The copy that you create for direct mail, digital ads, emails or any other marketing materials should have one common goal: To show your prospect how your product or service will improve his or her life…and to make it so irresistible that he or she is launched into action.
But in their eagerness to create a compelling case, some marketers try to show off everything their product can do all at once…thus turning their copy into an overwhelming flood of benefits. And that can confuse your prospect. It’s not the way the human brain works.
Instead, successful copy will present one focused Big Idea.
It’s a single strong theme that can be explained concisely and understood quickly. It lets your prospect know right away what you’re getting at.
The best Big Ideas track with your audience’s strongest trigger points. They’re timely and emotionally stirring, to awaken, shock or fascinate your reader. They work because they make a connection with your reader.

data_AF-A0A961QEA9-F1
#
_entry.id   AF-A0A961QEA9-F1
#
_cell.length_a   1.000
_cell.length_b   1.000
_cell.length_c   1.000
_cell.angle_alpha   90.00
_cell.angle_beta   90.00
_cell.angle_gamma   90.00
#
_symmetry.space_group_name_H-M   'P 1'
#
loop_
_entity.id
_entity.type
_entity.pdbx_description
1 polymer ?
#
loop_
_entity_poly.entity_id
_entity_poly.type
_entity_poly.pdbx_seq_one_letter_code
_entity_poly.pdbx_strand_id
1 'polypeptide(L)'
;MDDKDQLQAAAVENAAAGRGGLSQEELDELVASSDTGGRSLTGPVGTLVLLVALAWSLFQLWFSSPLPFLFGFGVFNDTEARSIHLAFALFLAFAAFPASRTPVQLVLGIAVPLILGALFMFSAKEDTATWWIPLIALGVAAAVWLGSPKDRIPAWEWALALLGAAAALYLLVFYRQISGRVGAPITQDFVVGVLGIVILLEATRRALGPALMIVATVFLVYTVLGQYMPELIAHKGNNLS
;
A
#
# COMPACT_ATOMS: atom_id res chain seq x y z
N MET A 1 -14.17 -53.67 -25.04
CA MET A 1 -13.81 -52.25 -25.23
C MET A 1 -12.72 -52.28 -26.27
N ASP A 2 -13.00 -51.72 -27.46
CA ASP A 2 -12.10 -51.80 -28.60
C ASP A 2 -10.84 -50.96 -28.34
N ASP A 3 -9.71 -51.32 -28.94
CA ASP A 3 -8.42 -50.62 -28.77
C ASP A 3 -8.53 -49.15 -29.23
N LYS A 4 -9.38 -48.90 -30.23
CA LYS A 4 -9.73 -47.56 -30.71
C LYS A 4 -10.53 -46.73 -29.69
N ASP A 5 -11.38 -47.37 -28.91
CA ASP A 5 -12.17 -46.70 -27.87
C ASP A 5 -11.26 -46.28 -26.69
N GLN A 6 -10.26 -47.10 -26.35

If you can’t describe your Big Idea in just a few words…then you don’t have one. Revisit your approach and search for that one angle that will reach the real needs, fears and concerns of your prospect.
To put it simply, your Big Idea must make your prospect feel like the lightbulb just went on.
Here is a secret to help you determine the Big Idea: Identify the top 4 to 7 benefits (not features) of your product or service. Then narrow it down and select the strongest one. You can use the others for your next campaign or test two and see which one the marketplace decides is best.
If complexity stands in your way, I urge you to give me and my team a call at (310) 212-5727 or email Caleb at firstname.lastname@example.org. We’ll take a look at your approach and help you see where your copy is hard-hitting…and where it could pack a lot more power.
Here are the rest of this week’s articles:
- 17 Critical Keys for Successful Facebook Marketing in 2018
- How Nike Used the Super Bowl to Create Buzz and Dramatically Boost Sales
- Avoid These 10 Deal Killers at All Costs
- Testing Corner: Surprising Results for Envelope Tease Copy Test